100 Differences Between Poetry and Prose” is a lighthearted celebration of difference, counterpoint, and otherness, in stark contrast to “The Evidence.” An acrimonious poetic tale of racial injustice, “The Evidence” illustrates the darker side of being different. Unlike the quirkiness of poetry’s otherness, Mr. Anwar’s skin color leads to a degrading and dangerous run-in with the law. Simply by illegally posting bills, the black appellant attracts the wrath of the white cop. His activities would not attract nearly as much scorn if the appellant was white. Because he is tagged as “other” in relation to the cop, Mr. Anwar is singled out as a dangerous criminal and beaten by the sheriff.

Interestingly, Leonard chooses the sheriff as narrator to provide perspective, even adding a note after the title to suggest that the following poem is an excerpt from court proceedings. The appellant, who is actually the victim in this case, is pitted against a room full of hostile faces. The testimony delivered by the sheriff is used not to charge the latter with police brutality but to prosecute a man for illegally posting bills. The court’s time is taken up by this minor offense, while the public turns a blind eye to the physical suffering of “others.” Thus, Leonard makes strong social commentary.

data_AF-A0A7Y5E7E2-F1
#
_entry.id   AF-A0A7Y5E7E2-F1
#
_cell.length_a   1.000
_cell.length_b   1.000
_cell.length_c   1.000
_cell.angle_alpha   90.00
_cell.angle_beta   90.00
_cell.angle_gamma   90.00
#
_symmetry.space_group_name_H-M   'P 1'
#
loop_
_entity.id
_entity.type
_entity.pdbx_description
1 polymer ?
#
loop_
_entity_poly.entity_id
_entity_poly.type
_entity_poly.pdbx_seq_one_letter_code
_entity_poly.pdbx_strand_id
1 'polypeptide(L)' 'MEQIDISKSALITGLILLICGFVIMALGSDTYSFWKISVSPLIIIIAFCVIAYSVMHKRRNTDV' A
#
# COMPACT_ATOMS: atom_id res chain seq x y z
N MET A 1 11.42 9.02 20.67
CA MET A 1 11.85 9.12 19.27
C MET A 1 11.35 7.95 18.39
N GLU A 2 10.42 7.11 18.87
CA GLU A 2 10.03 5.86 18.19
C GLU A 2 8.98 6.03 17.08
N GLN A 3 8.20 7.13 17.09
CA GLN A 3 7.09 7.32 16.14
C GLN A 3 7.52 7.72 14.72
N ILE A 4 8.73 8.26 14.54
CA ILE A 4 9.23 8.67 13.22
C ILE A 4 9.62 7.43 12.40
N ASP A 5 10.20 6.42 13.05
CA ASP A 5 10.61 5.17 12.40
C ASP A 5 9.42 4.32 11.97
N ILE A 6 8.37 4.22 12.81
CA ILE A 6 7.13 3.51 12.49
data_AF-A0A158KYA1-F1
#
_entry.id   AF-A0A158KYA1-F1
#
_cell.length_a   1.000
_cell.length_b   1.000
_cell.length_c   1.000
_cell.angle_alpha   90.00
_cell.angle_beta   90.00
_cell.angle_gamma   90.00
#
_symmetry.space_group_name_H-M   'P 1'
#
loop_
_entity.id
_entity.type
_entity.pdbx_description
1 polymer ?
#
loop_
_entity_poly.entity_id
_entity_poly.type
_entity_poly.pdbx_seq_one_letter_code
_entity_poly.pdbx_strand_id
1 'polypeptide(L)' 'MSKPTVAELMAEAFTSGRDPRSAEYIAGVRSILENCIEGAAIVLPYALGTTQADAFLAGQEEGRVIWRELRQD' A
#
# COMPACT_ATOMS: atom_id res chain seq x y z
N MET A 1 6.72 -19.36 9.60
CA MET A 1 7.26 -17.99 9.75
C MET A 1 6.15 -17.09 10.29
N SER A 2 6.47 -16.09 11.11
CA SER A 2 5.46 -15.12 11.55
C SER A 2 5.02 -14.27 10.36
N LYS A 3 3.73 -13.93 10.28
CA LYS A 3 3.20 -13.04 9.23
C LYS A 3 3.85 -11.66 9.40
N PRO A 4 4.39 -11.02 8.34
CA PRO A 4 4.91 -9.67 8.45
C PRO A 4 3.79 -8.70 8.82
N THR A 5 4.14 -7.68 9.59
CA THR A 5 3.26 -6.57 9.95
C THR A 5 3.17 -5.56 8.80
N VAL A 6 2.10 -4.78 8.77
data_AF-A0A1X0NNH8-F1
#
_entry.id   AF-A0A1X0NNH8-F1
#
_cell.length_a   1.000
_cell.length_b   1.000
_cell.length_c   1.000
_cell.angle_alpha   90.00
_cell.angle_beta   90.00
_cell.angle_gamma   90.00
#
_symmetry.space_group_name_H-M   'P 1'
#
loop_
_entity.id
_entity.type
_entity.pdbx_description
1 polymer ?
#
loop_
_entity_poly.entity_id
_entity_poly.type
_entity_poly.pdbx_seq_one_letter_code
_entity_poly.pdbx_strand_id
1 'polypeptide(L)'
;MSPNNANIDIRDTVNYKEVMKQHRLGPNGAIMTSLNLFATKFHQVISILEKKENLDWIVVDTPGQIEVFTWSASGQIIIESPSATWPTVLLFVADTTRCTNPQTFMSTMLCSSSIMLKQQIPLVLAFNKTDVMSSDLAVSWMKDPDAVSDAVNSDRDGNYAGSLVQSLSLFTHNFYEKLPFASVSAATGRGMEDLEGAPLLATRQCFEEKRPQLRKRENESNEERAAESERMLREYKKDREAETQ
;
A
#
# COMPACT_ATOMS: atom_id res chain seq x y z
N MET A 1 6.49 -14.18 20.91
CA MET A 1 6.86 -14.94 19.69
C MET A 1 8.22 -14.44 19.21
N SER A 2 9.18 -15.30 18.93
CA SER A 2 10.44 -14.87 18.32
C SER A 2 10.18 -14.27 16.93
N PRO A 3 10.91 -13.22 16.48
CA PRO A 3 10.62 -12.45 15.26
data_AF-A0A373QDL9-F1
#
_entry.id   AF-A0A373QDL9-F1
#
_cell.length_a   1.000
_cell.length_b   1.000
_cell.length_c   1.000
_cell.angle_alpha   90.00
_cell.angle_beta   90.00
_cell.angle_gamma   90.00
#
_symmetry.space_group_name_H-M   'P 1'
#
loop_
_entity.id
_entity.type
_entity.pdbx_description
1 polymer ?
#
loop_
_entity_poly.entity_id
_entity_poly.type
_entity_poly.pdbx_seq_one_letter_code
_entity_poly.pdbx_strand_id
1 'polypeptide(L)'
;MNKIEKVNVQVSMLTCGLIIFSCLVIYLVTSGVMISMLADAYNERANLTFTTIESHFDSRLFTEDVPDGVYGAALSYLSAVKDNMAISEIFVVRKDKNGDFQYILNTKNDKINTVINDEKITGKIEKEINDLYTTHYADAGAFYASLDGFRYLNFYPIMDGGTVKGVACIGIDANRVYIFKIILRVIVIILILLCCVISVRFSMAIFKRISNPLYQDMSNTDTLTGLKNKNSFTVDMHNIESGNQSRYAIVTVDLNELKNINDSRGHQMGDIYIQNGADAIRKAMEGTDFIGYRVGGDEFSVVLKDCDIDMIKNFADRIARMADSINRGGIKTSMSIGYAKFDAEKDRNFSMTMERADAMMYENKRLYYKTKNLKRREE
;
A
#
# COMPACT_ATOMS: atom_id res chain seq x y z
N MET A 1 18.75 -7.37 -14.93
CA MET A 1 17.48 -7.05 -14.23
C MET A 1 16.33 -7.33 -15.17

Racism is central to “The Evidence,” and telling the story from the point-of-view of the white sheriff adds to the mood of oppression. The lies that the sheriff tells, when cloaked in his pretense, seem creepier than they would, had Anwar shared his version of the tale:

That witness was lying who said I stood over Mr. Anwar and kicked him where he lay;

nor did I tell the appellant:

This is what happens to black boys with big mouths. (19-24)